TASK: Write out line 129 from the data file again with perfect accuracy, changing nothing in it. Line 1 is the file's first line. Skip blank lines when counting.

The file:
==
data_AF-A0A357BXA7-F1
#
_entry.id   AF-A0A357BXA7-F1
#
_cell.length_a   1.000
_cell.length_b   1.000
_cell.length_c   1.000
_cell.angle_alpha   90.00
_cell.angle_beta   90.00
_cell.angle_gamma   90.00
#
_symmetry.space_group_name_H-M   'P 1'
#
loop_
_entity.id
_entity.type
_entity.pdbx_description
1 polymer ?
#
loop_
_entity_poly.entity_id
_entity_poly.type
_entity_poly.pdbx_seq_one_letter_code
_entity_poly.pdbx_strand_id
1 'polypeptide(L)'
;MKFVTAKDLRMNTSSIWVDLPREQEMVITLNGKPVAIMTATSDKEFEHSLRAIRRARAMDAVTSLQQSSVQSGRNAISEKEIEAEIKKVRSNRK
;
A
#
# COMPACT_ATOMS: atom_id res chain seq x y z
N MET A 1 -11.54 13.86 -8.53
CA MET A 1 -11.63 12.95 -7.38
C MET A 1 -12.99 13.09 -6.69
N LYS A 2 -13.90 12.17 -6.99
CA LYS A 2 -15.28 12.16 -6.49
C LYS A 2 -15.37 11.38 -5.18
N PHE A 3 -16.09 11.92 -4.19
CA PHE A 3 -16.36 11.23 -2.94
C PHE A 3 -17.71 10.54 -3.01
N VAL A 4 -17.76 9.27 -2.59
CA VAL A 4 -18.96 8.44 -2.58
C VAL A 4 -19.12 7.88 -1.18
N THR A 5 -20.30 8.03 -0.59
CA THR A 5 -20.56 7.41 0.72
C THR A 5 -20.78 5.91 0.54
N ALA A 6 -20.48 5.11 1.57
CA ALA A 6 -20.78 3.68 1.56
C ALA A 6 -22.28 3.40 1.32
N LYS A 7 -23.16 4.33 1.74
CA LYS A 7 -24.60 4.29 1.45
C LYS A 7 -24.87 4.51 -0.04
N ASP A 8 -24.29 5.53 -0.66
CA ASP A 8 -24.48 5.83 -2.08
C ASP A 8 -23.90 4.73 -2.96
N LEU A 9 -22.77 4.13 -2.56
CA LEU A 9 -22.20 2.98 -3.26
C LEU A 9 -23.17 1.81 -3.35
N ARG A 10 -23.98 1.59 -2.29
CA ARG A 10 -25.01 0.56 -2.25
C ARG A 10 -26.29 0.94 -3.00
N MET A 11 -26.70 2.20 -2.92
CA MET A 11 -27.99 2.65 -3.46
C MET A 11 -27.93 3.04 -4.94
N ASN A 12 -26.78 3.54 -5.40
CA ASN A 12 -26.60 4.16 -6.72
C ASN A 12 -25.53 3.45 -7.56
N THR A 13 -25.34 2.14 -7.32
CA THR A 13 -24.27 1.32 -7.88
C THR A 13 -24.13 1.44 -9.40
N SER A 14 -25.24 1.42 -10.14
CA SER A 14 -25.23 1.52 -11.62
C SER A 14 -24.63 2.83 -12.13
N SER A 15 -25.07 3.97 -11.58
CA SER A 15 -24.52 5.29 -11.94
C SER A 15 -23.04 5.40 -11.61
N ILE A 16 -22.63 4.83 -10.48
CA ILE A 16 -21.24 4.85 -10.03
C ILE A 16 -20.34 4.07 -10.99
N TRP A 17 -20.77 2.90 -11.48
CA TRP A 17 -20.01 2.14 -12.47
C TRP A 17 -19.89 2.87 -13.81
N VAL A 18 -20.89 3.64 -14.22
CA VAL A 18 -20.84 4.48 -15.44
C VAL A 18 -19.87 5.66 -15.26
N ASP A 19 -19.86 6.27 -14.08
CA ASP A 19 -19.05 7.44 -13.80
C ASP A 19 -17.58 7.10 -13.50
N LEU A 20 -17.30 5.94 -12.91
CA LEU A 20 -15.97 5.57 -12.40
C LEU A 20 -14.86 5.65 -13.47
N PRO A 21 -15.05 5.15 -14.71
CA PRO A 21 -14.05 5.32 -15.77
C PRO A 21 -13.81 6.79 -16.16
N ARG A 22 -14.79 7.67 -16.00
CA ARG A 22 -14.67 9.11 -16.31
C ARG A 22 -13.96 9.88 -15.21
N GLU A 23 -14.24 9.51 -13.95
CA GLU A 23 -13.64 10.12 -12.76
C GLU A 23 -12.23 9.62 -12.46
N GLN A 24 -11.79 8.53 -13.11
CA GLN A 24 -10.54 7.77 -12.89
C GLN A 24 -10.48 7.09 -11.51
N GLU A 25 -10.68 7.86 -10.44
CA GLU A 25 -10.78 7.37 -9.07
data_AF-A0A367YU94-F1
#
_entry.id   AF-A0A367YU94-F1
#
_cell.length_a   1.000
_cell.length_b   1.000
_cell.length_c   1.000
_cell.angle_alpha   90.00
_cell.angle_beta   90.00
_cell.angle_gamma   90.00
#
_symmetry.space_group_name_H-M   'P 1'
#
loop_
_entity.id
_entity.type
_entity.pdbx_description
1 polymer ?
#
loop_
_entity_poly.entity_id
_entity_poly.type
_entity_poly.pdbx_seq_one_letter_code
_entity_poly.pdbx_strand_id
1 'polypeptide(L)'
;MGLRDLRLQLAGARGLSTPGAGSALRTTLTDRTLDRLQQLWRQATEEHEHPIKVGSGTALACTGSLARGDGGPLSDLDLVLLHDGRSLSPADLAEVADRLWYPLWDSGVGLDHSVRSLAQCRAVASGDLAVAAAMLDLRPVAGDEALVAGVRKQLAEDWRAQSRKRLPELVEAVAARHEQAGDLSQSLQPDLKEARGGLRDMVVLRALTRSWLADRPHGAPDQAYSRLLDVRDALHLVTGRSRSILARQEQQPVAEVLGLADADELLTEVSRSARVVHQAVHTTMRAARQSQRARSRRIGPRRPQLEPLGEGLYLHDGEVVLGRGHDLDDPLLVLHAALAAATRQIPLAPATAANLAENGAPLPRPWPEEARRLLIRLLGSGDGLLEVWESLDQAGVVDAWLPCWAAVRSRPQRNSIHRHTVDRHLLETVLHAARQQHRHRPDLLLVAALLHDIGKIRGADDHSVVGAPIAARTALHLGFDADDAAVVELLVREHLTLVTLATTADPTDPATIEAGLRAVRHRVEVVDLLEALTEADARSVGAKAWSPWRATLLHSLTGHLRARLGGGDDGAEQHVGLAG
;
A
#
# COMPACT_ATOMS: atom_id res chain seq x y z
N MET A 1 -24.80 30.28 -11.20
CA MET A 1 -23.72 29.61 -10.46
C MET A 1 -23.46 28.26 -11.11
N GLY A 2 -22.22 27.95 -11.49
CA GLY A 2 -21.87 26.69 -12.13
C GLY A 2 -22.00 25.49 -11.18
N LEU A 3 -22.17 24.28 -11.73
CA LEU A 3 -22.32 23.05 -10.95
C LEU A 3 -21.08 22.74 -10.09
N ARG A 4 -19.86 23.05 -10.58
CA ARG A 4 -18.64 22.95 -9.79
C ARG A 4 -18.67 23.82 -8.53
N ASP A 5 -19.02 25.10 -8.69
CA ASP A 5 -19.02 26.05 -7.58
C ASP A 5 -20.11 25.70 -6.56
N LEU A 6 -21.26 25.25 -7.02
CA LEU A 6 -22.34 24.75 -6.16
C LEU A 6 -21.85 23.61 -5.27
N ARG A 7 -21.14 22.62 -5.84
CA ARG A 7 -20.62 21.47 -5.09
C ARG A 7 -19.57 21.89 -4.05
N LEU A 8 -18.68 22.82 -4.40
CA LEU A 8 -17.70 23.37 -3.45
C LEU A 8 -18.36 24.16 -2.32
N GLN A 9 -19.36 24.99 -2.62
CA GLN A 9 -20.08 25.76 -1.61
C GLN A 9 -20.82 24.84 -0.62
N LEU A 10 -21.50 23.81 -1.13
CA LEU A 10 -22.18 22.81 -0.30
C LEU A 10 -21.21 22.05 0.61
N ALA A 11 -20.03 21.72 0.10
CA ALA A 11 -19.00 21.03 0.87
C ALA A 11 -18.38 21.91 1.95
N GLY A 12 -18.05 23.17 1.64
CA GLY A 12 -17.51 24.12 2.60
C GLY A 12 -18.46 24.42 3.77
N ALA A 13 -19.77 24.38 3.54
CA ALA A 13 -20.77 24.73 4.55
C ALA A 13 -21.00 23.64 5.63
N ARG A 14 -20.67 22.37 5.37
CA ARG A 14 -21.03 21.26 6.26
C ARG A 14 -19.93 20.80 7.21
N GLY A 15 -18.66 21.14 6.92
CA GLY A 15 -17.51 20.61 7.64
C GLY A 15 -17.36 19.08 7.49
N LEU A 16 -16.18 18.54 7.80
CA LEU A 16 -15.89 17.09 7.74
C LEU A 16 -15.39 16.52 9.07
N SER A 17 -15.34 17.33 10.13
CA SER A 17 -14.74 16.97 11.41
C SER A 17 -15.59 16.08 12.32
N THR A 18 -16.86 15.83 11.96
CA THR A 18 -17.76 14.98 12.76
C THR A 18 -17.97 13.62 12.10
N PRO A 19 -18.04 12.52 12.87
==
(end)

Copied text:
1 'polypeptide(L)'